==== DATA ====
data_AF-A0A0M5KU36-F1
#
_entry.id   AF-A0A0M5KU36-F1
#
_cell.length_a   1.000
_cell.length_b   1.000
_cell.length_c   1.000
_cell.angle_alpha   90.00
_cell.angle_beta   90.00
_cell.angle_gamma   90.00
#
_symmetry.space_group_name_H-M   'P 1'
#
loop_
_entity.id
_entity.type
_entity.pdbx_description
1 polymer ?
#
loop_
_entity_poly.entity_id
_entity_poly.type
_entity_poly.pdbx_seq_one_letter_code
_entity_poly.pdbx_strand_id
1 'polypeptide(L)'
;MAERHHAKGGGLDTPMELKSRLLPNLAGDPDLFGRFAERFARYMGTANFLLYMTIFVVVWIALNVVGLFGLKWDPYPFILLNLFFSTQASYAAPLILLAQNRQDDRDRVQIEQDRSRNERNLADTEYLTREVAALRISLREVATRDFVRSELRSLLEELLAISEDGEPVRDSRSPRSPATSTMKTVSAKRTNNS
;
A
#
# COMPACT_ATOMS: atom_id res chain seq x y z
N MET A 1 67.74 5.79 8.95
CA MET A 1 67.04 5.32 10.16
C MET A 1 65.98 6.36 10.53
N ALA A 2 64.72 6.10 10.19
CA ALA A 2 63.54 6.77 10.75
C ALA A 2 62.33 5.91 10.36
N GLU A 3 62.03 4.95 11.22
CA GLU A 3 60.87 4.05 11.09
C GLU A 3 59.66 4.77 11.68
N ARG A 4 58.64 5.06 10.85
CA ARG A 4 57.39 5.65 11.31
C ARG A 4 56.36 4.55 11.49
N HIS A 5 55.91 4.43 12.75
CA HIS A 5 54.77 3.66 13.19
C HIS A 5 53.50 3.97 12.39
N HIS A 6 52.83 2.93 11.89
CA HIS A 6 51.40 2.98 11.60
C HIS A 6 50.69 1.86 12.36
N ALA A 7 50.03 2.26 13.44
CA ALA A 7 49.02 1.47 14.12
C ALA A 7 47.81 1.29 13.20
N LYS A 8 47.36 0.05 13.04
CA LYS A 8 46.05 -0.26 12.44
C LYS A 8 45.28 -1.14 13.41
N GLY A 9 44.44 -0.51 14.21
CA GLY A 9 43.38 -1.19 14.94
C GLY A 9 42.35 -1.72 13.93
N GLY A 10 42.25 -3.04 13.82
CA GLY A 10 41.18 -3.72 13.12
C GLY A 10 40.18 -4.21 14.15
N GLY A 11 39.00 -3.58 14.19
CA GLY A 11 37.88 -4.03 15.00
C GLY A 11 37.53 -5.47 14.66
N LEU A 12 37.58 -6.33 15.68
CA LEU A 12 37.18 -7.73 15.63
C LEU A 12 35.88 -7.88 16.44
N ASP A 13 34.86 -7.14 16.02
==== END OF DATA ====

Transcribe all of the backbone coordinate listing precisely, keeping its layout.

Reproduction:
data_AF-A0A0M5KU36-F1
#
_entry.id   AF-A0A0M5KU36-F1
#
_cell.length_a   1.000
_cell.length_b   1.000
_cell.length_c   1.000
_cell.angle_alpha   90.00
_cell.angle_beta   90.00
_cell.angle_gamma   90.00
#
_symmetry.space_group_name_H-M   'P 1'
#
loop_
_entity.id
_entity.type
_entity.pdbx_description
1 polymer ?
#
loop_
_entity_poly.entity_id
_entity_poly.type
_entity_poly.pdbx_seq_one_letter_code
_entity_poly.pdbx_strand_id
1 'polypeptide(L)'
;MAERHHAKGGGLDTPMELKSRLLPNLAGDPDLFGRFAERFARYMGTANFLLYMTIFVVVWIALNVVGLFGLKWDPYPFILLNLFFSTQASYAAPLILLAQNRQDDRDRVQIEQDRSRNERNLADTEYLTREVAALRISLREVATRDFVRSELRSLLEELLAISEDGEPVRDSRSPRSPATSTMKTVSAKRTNNS
;
A
#
# COMPACT_ATOMS: atom_id res chain seq x y z
N MET A 1 67.74 5.79 8.95
CA MET A 1 67.04 5.32 10.16
C MET A 1 65.98 6.36 10.53
N ALA A 2 64.72 6.10 10.19
CA ALA A 2 63.54 6.77 10.75
C ALA A 2 62.33 5.91 10.36
N GLU A 3 62.03 4.95 11.22
CA GLU A 3 60.87 4.05 11.09
C GLU A 3 59.66 4.77 11.68
N ARG A 4 58.64 5.06 10.85
CA ARG A 4 57.39 5.65 11.31
C ARG A 4 56.36 4.55 11.49
N HIS A 5 55.91 4.43 12.75
CA HIS A 5 54.77 3.66 13.19
C HIS A 5 53.50 3.97 12.39
N HIS A 6 52.83 2.93 11.89
CA HIS A 6 51.40 2.98 11.60
C HIS A 6 50.69 1.86 12.36
N ALA A 7 50.03 2.26 13.44
CA ALA A 7 49.02 1.47 14.12
C ALA A 7 47.81 1.29 13.20
N LYS A 8 47.36 0.05 13.04
CA LYS A 8 46.05 -0.26 12.44
C LYS A 8 45.28 -1.14 13.41
N GLY A 9 44.44 -0.51 14.21
CA GLY A 9 43.38 -1.19 14.94
C GLY A 9 42.35 -1.72 13.93
N GLY A 10 42.25 -3.04 13.82
CA GLY A 10 41.18 -3.72 13.12
C GLY A 10 40.18 -4.21 14.15
N GLY A 11 39.00 -3.58 14.19
CA GLY A 11 37.88 -4.03 15.00
C GLY A 11 37.53 -5.47 14.66
N LEU A 12 37.58 -6.33 15.68
CA LEU A 12 37.18 -7.73 15.63
C LEU A 12 35.88 -7.88 16.44
N ASP A 13 34.86 -7.14 16.02